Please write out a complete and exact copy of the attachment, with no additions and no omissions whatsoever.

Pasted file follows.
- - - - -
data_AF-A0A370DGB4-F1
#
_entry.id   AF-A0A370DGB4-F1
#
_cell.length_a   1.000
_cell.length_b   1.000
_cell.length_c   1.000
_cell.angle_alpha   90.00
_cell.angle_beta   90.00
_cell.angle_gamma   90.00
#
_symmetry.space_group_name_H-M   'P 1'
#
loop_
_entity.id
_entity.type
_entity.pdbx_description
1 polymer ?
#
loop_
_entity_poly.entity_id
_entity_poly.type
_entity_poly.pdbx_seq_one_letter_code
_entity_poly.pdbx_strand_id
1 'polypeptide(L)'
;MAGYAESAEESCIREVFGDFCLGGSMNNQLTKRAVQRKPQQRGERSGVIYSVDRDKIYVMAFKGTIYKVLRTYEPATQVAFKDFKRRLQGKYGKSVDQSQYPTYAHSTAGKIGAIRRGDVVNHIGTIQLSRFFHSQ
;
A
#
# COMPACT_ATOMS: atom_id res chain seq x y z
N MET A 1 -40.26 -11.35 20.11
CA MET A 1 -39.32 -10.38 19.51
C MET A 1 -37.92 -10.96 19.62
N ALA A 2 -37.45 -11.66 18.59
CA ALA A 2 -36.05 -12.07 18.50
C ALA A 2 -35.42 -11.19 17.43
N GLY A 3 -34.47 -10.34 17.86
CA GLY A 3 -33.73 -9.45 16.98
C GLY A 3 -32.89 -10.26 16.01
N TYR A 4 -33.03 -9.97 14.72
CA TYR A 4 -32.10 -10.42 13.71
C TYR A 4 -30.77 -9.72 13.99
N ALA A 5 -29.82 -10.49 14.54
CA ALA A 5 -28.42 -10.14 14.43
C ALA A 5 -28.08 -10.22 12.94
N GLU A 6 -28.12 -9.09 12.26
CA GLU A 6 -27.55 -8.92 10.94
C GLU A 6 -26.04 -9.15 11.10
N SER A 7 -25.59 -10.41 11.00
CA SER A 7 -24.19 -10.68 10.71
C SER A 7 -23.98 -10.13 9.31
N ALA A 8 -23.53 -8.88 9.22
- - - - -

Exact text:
data_AF-A0A370DGB4-F1
#
_entry.id   AF-A0A370DGB4-F1
#
_cell.length_a   1.000
_cell.length_b   1.000
_cell.length_c   1.000
_cell.angle_alpha   90.00
_cell.angle_beta   90.00
_cell.angle_gamma   90.00
#
_symmetry.space_group_name_H-M   'P 1'
#
loop_
_entity.id
_entity.type
_entity.pdbx_description
1 polymer ?
#
loop_
_entity_poly.entity_id
_entity_poly.type
_entity_poly.pdbx_seq_one_letter_code
_entity_poly.pdbx_strand_id
1 'polypeptide(L)'
;MAGYAESAEESCIREVFGDFCLGGSMNNQLTKRAVQRKPQQRGERSGVIYSVDRDKIYVMAFKGTIYKVLRTYEPATQVAFKDFKRRLQGKYGKSVDQSQYPTYAHSTAGKIGAIRRGDVVNHIGTIQLSRFFHSQ
;
A
#
# COMPACT_ATOMS: atom_id res chain seq x y z
N MET A 1 -40.26 -11.35 20.11
CA MET A 1 -39.32 -10.38 19.51
C MET A 1 -37.92 -10.96 19.62
N ALA A 2 -37.45 -11.66 18.59
CA ALA A 2 -36.05 -12.07 18.50
C ALA A 2 -35.42 -11.19 17.43
N GLY A 3 -34.47 -10.34 17.86
CA GLY A 3 -33.73 -9.45 16.98
C GLY A 3 -32.89 -10.26 16.01
N TYR A 4 -33.03 -9.97 14.72
CA TYR A 4 -32.10 -10.42 13.71
C TYR A 4 -30.77 -9.72 13.99
N ALA A 5 -29.82 -10.49 14.54
CA ALA A 5 -28.42 -10.14 14.43
C ALA A 5 -28.08 -10.22 12.94
N GLU A 6 -28.12 -9.09 12.26
CA GLU A 6 -27.55 -8.92 10.94
C GLU A 6 -26.04 -9.15 11.10
N SER A 7 -25.59 -10.41 11.00
CA SER A 7 -24.19 -10.68 10.71
C SER A 7 -23.98 -10.13 9.31
N ALA A 8 -23.53 -8.88 9.22